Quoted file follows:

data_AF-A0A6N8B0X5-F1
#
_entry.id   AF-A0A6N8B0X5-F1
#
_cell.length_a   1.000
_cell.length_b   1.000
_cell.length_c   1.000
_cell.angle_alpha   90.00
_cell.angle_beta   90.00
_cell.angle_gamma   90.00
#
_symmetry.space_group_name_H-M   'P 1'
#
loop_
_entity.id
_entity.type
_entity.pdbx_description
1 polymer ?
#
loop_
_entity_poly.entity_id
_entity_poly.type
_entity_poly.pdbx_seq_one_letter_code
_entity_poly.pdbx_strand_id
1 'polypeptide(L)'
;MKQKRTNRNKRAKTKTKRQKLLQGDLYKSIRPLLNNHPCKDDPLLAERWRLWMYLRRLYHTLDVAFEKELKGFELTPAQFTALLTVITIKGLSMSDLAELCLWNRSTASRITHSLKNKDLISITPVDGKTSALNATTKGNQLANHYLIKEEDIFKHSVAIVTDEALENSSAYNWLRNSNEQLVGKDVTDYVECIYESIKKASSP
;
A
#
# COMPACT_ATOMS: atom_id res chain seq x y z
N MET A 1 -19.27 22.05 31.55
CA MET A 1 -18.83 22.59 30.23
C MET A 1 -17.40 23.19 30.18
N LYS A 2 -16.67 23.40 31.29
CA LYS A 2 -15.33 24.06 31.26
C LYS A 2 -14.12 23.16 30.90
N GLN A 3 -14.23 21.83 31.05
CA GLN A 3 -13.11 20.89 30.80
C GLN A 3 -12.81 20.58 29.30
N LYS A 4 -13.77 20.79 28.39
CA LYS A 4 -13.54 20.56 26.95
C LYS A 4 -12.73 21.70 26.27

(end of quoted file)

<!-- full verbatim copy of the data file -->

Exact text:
data_AF-A0A6N8B0X5-F1
#
_entry.id   AF-A0A6N8B0X5-F1
#
_cell.length_a   1.000
_cell.length_b   1.000
_cell.length_c   1.000
_cell.angle_alpha   90.00
_cell.angle_beta   90.00
_cell.angle_gamma   90.00
#
_symmetry.space_group_name_H-M   'P 1'
#
loop_
_entity.id
_entity.type
_entity.pdbx_description
1 polymer ?
#
loop_
_entity_poly.entity_id
_entity_poly.type
_entity_poly.pdbx_seq_one_letter_code
_entity_poly.pdbx_strand_id
1 'polypeptide(L)'
;MKQKRTNRNKRAKTKTKRQKLLQGDLYKSIRPLLNNHPCKDDPLLAERWRLWMYLRRLYHTLDVAFEKELKGFELTPAQFTALLTVITIKGLSMSDLAELCLWNRSTASRITHSLKNKDLISITPVDGKTSALNATTKGNQLANHYLIKEEDIFKHSVAIVTDEALENSSAYNWLRNSNEQLVGKDVTDYVECIYESIKKASSP
;
A
#
# COMPACT_ATOMS: atom_id res chain seq x y z
N MET A 1 -19.27 22.05 31.55
CA MET A 1 -18.83 22.59 30.23
C MET A 1 -17.40 23.19 30.18
N LYS A 2 -16.67 23.40 31.29
CA LYS A 2 -15.33 24.06 31.26
C LYS A 2 -14.12 23.16 30.90
N GLN A 3 -14.23 21.83 31.05
CA GLN A 3 -13.11 20.89 30.80
C GLN A 3 -12.81 20.58 29.30
N LYS A 4 -13.77 20.79 28.39
CA LYS A 4 -13.54 20.56 26.95
C LYS A 4 -12.73 21.70 26.27